Energy > Climate Change
Higher Midwest humidity
This article is part of our series focused on the causes and consequences of a warming planet.
When we think of climate change, we think of weather events like heat waves, droughts, extreme weather, and rising sea levels. But another important and more insidious impact of climate change is higher humidity levels, especially for the Midwest. Humidity is how much water vapor is in the air. High humidity results in more extreme rain events, mold, mosquitoes, water-logged spring soils, and, of course, uncomfortable summer days.
As temperature levels increase due to global warming, the air can hold more water vapor (4% more for each one-degree increase) leading to the potential for higher humidity levels.
You may have heard the expression: "It’s not the heat, it’s the humidity." Actually, it’s both. Humidity coupled with temperature to create the "heat index" that is a measure of how hot it feels. For example, a temperature of 92 degrees and dew point of 77 degrees combines to feel like 106 degrees.
The damaging effects of increased humidity rival those of higher temperatures and heavy precipitation and can create unique needs for adapting our infrastructure. Higher humidity accelerates metal corrosion, rot and warping of wood, and peeling of paint. Costs of air conditioning to improve human comfort levels likewise increase with rising humidity.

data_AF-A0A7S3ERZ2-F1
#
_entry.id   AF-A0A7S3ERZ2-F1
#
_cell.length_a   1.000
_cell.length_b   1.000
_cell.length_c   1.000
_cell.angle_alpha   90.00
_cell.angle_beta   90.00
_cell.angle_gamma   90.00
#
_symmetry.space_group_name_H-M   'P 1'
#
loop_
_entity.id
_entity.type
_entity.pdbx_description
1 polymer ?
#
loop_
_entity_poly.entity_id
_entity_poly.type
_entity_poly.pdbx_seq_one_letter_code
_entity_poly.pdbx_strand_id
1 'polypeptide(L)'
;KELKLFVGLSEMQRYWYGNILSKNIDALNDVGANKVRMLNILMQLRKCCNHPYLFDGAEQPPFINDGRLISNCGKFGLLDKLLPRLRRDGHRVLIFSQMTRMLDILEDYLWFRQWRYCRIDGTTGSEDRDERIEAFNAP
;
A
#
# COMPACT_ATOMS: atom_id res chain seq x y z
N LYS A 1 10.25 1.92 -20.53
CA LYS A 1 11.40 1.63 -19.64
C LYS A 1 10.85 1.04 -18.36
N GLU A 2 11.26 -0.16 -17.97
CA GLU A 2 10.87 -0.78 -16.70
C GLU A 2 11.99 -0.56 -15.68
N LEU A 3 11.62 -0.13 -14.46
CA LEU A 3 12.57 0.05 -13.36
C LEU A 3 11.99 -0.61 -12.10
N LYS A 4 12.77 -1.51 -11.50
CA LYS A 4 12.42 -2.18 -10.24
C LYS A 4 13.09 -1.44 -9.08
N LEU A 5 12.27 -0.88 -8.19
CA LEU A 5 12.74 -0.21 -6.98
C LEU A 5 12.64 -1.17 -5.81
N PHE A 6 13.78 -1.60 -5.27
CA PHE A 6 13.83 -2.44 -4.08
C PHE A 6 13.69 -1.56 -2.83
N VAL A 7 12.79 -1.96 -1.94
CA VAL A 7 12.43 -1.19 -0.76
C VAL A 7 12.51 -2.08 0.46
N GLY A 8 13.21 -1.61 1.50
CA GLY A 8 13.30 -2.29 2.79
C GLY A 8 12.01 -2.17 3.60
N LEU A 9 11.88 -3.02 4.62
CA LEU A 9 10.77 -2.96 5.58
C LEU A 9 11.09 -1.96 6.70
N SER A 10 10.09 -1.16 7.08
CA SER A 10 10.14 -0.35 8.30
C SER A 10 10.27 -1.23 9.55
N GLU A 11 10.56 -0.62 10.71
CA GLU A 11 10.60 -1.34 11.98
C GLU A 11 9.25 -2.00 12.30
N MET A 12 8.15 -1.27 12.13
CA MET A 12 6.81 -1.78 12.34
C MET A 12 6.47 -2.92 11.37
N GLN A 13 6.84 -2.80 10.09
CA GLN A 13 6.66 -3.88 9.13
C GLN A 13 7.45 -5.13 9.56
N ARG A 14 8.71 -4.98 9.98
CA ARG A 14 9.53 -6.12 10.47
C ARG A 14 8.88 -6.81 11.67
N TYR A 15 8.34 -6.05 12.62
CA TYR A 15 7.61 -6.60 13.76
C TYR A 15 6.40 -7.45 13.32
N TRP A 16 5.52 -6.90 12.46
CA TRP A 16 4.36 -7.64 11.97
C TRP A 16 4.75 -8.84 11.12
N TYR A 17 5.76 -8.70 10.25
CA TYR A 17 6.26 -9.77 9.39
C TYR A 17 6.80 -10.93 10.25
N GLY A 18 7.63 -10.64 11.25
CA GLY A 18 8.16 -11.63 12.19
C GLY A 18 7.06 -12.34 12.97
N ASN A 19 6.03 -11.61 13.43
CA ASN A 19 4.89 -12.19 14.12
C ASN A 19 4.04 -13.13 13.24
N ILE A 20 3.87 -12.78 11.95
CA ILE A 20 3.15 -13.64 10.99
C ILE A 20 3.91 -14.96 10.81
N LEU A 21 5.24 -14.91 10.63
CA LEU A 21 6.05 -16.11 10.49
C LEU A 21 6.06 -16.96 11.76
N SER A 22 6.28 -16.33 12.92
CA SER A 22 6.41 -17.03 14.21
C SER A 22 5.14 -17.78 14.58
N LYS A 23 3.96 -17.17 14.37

High humidity can create health concerns. In hot and humid conditions, the efficiency of our bodies to cool by evaporating sweat from our skin slows, making it difficult to maintain a stable core body temperature leading to heat stress and heatstroke.
In addition, the warming of the planet is causing nights to warm faster than days. We can tolerate high temperatures during the day if our bodies can cool during the night. However, higher nighttime temperatures, along with high humidity levels, may not provide the cooling opportunity our bodies need.
High levels of humidity create hazardous conditions for workers and sensitive populations through the danger of heat exhaustion and heatstroke. Allergic rhinitis and asthma are worsened by heightened exposures to mold and dust mite allergens in humid environments. There is also evidence for increased aggression and societal violence associated with hot, humid weather.
See the Ag Decision Maker website for more from this series.
Don Hofstrand, retired extension agricultural business specialist, email@example.com
Reviewed by Dr. Eugene Takle, retired professor emeritus Iowa State University